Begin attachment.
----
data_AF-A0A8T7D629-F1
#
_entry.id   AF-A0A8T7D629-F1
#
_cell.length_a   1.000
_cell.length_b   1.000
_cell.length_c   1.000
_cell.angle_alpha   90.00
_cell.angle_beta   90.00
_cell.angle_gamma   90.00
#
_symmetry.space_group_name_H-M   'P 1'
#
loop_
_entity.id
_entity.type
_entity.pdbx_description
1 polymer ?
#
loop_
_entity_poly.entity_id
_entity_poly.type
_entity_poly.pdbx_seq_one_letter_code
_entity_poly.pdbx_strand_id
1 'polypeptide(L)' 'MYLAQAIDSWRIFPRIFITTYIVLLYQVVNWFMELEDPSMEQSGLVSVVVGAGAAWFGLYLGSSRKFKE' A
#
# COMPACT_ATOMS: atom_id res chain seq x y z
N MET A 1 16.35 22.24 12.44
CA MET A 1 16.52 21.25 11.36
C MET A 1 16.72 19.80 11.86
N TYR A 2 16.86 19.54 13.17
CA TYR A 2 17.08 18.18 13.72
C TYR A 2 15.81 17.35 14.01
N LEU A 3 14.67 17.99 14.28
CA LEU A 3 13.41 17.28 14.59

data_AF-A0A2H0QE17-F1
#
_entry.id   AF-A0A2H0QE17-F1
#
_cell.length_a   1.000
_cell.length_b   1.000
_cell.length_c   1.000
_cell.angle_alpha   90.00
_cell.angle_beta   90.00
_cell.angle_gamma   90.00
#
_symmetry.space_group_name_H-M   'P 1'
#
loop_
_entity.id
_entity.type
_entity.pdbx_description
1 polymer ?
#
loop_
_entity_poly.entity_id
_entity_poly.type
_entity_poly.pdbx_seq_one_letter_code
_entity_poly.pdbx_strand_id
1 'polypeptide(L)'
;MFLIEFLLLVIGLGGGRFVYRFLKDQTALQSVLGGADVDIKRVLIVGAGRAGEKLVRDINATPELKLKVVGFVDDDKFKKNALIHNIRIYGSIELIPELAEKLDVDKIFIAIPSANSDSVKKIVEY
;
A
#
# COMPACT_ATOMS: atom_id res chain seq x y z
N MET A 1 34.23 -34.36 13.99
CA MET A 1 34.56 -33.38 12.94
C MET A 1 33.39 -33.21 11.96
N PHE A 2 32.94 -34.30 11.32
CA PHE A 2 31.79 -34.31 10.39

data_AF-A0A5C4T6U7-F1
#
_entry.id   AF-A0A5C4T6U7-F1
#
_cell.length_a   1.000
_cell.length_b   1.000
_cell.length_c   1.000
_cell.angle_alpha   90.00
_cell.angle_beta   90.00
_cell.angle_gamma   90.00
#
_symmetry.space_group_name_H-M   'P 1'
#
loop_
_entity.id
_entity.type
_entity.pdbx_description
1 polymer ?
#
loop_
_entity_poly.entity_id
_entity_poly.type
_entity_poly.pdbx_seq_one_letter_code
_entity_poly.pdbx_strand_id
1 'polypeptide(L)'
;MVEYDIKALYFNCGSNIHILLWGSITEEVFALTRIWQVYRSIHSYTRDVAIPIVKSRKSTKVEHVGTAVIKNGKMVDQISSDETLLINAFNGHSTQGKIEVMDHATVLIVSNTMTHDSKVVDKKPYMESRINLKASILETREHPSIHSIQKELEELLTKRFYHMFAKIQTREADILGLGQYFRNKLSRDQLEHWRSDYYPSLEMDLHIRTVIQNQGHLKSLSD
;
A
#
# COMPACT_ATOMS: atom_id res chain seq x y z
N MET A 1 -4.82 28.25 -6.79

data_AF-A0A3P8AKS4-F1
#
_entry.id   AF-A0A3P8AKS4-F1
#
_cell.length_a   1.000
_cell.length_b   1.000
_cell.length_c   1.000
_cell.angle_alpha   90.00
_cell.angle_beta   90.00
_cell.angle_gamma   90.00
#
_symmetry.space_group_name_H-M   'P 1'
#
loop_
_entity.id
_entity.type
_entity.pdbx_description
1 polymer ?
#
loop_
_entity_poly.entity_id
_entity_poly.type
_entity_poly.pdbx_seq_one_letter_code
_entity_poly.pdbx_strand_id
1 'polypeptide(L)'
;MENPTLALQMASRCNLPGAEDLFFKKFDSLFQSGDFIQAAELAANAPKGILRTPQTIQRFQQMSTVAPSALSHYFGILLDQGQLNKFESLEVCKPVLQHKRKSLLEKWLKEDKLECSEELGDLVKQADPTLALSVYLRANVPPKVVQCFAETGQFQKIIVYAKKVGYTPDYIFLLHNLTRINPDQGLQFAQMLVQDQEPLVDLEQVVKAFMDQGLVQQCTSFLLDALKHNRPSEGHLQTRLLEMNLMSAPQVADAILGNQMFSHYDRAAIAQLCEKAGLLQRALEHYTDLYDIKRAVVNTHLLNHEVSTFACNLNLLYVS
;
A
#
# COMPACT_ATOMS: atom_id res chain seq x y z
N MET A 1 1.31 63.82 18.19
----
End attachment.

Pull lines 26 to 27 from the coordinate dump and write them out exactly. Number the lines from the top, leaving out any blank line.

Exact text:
#
# COMPACT_ATOMS: atom_id res chain seq x y z